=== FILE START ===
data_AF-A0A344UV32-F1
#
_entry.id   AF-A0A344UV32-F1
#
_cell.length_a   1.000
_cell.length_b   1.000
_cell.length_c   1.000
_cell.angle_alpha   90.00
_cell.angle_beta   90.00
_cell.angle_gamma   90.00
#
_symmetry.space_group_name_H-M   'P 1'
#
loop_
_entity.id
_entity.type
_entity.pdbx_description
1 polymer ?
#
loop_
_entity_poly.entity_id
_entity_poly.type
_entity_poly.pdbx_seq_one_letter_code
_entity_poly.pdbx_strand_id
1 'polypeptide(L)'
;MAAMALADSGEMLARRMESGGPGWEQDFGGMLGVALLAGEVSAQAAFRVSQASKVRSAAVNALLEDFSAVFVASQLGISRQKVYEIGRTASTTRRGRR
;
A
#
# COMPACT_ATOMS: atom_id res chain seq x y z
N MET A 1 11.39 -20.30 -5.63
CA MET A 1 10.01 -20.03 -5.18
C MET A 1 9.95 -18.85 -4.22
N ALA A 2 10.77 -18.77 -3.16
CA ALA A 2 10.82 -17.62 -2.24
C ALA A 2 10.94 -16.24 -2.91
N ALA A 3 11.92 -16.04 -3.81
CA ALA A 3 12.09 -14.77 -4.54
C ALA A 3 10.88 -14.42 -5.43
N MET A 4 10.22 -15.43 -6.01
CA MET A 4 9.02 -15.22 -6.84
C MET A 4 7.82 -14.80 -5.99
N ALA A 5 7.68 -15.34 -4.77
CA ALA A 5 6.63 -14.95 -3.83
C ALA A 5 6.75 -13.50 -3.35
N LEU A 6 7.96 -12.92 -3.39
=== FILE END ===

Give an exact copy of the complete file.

data_AF-A0A344UV32-F1
#
_entry.id   AF-A0A344UV32-F1
#
_cell.length_a   1.000
_cell.length_b   1.000
_cell.length_c   1.000
_cell.angle_alpha   90.00
_cell.angle_beta   90.00
_cell.angle_gamma   90.00
#
_symmetry.space_group_name_H-M   'P 1'
#
loop_
_entity.id
_entity.type
_entity.pdbx_description
1 polymer ?
#
loop_
_entity_poly.entity_id
_entity_poly.type
_entity_poly.pdbx_seq_one_letter_code
_entity_poly.pdbx_strand_id
1 'polypeptide(L)'
;MAAMALADSGEMLARRMESGGPGWEQDFGGMLGVALLAGEVSAQAAFRVSQASKVRSAAVNALLEDFSAVFVASQLGISRQKVYEIGRTASTTRRGRR
;
A
#
# COMPACT_ATOMS: atom_id res chain seq x y z
N MET A 1 11.39 -20.30 -5.63
CA MET A 1 10.01 -20.03 -5.18
C MET A 1 9.95 -18.85 -4.22
N ALA A 2 10.77 -18.77 -3.16
CA ALA A 2 10.82 -17.62 -2.24
C ALA A 2 10.94 -16.24 -2.91
N ALA A 3 11.92 -16.04 -3.81
CA ALA A 3 12.09 -14.77 -4.54
C ALA A 3 10.88 -14.42 -5.43
N MET A 4 10.22 -15.43 -6.01
CA MET A 4 9.02 -15.22 -6.84
C MET A 4 7.82 -14.80 -5.99
N ALA A 5 7.68 -15.34 -4.77
CA ALA A 5 6.63 -14.95 -3.83
C ALA A 5 6.75 -13.50 -3.35
N LEU A 6 7.96 -12.92 -3.39